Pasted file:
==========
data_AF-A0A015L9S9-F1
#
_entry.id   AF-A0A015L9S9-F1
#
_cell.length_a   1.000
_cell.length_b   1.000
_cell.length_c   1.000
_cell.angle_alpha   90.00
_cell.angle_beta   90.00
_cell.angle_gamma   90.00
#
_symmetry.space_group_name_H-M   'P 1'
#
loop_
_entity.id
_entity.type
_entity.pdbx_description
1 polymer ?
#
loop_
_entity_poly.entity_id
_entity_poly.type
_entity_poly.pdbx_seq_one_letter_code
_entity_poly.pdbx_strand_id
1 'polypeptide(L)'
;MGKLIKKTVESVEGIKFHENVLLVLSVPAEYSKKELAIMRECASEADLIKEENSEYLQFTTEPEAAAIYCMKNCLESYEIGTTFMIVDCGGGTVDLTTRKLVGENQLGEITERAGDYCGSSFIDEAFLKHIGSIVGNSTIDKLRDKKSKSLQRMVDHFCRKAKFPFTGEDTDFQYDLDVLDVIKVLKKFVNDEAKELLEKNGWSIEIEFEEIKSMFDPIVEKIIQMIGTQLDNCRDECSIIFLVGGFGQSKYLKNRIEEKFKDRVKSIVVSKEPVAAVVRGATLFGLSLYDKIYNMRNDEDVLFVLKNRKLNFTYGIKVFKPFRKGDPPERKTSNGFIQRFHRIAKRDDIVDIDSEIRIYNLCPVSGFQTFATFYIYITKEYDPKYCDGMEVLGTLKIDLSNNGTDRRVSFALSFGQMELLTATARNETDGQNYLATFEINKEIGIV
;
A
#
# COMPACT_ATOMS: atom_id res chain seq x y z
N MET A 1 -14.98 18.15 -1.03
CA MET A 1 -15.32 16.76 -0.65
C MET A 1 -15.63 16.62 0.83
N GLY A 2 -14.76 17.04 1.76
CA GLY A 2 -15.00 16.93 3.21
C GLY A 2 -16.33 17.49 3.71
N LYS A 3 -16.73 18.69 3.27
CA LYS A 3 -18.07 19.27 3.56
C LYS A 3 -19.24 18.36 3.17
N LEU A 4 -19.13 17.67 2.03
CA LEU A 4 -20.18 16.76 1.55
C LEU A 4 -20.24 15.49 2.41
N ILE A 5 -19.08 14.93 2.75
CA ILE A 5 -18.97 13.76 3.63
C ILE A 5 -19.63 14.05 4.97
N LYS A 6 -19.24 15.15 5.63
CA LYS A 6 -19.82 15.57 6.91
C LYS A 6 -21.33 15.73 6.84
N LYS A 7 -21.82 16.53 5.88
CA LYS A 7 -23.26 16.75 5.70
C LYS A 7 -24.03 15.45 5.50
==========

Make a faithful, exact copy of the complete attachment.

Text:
data_AF-A0A015L9S9-F1
#
_entry.id   AF-A0A015L9S9-F1
#
_cell.length_a   1.000
_cell.length_b   1.000
_cell.length_c   1.000
_cell.angle_alpha   90.00
_cell.angle_beta   90.00
_cell.angle_gamma   90.00
#
_symmetry.space_group_name_H-M   'P 1'
#
loop_
_entity.id
_entity.type
_entity.pdbx_description
1 polymer ?
#
loop_
_entity_poly.entity_id
_entity_poly.type
_entity_poly.pdbx_seq_one_letter_code
_entity_poly.pdbx_strand_id
1 'polypeptide(L)'
;MGKLIKKTVESVEGIKFHENVLLVLSVPAEYSKKELAIMRECASEADLIKEENSEYLQFTTEPEAAAIYCMKNCLESYEIGTTFMIVDCGGGTVDLTTRKLVGENQLGEITERAGDYCGSSFIDEAFLKHIGSIVGNSTIDKLRDKKSKSLQRMVDHFCRKAKFPFTGEDTDFQYDLDVLDVIKVLKKFVNDEAKELLEKNGWSIEIEFEEIKSMFDPIVEKIIQMIGTQLDNCRDECSIIFLVGGFGQSKYLKNRIEEKFKDRVKSIVVSKEPVAAVVRGATLFGLSLYDKIYNMRNDEDVLFVLKNRKLNFTYGIKVFKPFRKGDPPERKTSNGFIQRFHRIAKRDDIVDIDSEIRIYNLCPVSGFQTFATFYIYITKEYDPKYCDGMEVLGTLKIDLSNNGTDRRVSFALSFGQMELLTATARNETDGQNYLATFEINKEIGIV
;
A
#
# COMPACT_ATOMS: atom_id res chain seq x y z
N MET A 1 -14.98 18.15 -1.03
CA MET A 1 -15.32 16.76 -0.65
C MET A 1 -15.63 16.62 0.83
N GLY A 2 -14.76 17.04 1.76
CA GLY A 2 -15.00 16.93 3.21
C GLY A 2 -16.33 17.49 3.71
N LYS A 3 -16.73 18.69 3.27
CA LYS A 3 -18.07 19.27 3.56
C LYS A 3 -19.24 18.36 3.17
N LEU A 4 -19.13 17.67 2.03
CA LEU A 4 -20.18 16.76 1.55
C LEU A 4 -20.24 15.49 2.41
N ILE A 5 -19.08 14.93 2.75
CA ILE A 5 -18.97 13.76 3.63
C ILE A 5 -19.63 14.05 4.97
N LYS A 6 -19.24 15.15 5.63
CA LYS A 6 -19.82 15.57 6.91
C LYS A 6 -21.33 15.73 6.84
N LYS A 7 -21.82 16.53 5.88
CA LYS A 7 -23.26 16.75 5.70
C LYS A 7 -24.03 15.45 5.50